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Wed, Aug 20, 2008

ANN Special Report: TSA Memo Suggests That Agency 'Encourages' Damaging Behavior

Report: Inspector That Screwed Up ORD ERJs Has "Done This Before"

Reported by Jim Campbell, Editor-In-Chief, ANN/Aero-TV

The great TSA-ORD Inspector scandal seems to be but the tip of the proverbial iceberg... and the theme song from the Titanic is playing in the background. ANN has learned that the Inspector that instigated the inspections of nine American Eagle ERJs and created innumerable delays and hassle for the flying public has reportedly DONE THIS BEFORE.

As ANN reported earlier this week, the Clouseau-esque inspector damaged the Total Air Temperature (TAT) probes while the planes were parked on the tarmac at O'Hare Tuesday morning. The probes are an important part of an airliner's flight information system, as they provide real-time temperature information to the planes' EFIS displays and computers... giving flight crews precise information about the aircraft's altitude, and warning of potential icing conditions inflight.

Fortunately, maintenance crews discovered the damaged TAT probes before any of the planes took off on commercial passenger flights... though the need to fix the aircraft did lead to over 40 flight delays for American Eagle passengers.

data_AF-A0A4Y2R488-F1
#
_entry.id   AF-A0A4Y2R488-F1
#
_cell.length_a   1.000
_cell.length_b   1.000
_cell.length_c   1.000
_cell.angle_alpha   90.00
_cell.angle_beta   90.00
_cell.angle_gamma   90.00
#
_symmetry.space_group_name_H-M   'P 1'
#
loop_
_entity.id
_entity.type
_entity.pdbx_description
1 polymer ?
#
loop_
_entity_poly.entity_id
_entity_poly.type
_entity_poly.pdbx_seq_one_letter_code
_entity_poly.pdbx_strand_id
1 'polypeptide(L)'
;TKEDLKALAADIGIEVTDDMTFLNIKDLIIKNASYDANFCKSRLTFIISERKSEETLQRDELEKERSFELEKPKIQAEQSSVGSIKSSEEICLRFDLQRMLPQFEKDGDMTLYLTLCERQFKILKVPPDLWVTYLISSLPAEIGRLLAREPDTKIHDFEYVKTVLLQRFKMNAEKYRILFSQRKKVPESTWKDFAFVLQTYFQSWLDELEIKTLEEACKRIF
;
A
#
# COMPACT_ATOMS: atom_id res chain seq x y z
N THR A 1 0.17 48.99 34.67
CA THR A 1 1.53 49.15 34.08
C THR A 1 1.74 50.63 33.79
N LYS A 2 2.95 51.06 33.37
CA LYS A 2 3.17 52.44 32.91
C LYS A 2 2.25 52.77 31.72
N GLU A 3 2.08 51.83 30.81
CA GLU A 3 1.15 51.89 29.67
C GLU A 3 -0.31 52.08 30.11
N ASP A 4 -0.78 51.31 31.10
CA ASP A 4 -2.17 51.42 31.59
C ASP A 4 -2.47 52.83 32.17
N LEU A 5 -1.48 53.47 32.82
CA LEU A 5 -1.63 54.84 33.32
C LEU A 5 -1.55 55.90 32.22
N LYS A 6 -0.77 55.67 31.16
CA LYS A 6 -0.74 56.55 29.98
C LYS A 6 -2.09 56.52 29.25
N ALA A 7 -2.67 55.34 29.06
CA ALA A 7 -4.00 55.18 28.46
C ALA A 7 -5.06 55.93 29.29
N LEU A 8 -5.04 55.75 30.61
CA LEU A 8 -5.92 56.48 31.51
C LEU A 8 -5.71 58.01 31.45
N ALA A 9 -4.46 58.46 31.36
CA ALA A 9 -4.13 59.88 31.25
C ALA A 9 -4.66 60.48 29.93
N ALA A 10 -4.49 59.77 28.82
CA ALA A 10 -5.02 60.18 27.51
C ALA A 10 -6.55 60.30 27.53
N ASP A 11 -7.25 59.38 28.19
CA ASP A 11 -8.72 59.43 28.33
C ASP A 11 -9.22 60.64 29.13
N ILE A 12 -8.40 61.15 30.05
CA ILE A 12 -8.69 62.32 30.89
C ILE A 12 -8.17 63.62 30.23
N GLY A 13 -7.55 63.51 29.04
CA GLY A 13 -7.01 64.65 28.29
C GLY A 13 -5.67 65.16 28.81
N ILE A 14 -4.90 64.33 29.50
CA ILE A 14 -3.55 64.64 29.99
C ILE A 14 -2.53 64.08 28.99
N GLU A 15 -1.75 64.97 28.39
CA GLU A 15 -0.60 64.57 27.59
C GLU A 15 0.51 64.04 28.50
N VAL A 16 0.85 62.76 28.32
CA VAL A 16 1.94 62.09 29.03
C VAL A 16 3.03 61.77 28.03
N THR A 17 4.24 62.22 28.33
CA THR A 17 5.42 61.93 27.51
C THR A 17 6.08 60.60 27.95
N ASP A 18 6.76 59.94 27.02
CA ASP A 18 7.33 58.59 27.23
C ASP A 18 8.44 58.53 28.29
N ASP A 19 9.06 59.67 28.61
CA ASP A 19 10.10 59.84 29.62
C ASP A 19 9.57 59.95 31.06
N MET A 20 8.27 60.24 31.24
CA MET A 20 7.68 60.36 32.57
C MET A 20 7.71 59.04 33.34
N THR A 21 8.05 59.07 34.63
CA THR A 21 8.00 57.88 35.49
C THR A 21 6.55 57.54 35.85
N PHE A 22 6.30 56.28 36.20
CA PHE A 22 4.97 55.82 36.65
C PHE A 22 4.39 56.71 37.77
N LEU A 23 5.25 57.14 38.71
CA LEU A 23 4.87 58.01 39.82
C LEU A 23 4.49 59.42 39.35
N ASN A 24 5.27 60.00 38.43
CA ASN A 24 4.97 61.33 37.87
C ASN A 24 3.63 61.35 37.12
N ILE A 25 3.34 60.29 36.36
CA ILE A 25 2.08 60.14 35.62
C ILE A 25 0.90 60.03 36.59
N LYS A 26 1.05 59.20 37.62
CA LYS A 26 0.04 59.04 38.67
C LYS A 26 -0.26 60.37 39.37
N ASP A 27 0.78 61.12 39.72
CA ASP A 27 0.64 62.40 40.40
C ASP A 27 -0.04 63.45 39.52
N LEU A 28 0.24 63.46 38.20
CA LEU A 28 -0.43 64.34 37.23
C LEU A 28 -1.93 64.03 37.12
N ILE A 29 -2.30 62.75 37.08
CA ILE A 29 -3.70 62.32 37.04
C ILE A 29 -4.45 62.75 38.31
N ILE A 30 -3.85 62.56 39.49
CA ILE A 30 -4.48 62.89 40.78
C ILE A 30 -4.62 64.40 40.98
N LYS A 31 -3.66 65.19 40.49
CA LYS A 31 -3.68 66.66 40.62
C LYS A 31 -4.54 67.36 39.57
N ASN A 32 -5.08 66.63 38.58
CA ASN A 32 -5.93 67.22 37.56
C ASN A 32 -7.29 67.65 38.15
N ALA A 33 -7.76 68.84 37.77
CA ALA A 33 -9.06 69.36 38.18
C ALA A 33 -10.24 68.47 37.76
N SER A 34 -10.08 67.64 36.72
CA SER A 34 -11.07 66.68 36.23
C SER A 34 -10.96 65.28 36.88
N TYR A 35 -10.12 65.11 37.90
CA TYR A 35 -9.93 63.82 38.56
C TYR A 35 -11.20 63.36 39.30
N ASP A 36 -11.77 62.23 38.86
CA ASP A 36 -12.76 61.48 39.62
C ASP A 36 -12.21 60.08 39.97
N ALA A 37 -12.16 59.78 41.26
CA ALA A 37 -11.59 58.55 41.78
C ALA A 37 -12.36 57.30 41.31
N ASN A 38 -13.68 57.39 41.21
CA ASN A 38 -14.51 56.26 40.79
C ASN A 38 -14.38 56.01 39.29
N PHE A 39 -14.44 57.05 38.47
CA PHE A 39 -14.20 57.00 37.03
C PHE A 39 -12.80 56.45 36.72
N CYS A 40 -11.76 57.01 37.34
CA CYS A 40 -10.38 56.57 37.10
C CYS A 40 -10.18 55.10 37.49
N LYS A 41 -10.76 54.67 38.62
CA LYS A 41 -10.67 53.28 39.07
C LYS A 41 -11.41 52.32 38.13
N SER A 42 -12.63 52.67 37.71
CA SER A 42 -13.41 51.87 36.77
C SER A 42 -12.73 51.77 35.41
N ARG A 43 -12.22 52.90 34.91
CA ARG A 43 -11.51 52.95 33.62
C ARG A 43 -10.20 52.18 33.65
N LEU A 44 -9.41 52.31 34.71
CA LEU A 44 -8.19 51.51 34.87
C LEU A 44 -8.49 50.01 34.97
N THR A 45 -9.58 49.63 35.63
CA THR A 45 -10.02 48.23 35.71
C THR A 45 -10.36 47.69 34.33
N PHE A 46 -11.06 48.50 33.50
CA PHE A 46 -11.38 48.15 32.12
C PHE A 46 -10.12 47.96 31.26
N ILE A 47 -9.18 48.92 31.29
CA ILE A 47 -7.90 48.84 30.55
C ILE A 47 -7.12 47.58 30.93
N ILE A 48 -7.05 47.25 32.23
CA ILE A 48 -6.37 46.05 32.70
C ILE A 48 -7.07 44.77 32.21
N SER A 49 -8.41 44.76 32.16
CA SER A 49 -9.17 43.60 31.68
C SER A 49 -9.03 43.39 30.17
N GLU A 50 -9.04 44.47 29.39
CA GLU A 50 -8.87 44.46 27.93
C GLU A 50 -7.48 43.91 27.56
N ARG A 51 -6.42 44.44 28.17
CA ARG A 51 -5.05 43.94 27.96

A flight crew member who has been in contact with ANN previously, with solid credible info on this and other matters, reports the following, "This was not the first time that this same TSA agent had done this. After one of our ORD mechanics caught him doing this he explained that he could damage the TAT sensor. The agent then admitted that he used the sensors many times in the past doing the same thing. The AMR spokesperson states that no TAT sensors were damaged, but she was speaking about the particular aircraft inspected on the 19th. There were no damage found on the morning of the 19th, but another aircraft did have a damaged #1 TAT sensor that was discovered on the morning of the 16th at ORD that the mechanics suspect was caused by the same agent."

An additional report confirms this, and adds that a delay created by this same incident was actually reported to passengers on board an affected aircraft by the frustrated flight crew, themselves.

While this may be terrifying on a number of levels, the situation becomes far more questionable with the release of a recent memo from the TSA in which such damaging and destructive actions are apparently ENCOURAGED. The memo clearly states that, "Aircraft operators are required to secure each unattended aircraft to make sure that people with bad intent cannot gain access to the planes. But during the inspection, TSA's inspector was able to pull himself inside of an unattended aircraft by using a tube that was protruding from the side of the plane. TSA encourages its inspectors to look for and exploit vulnerabilities of this type."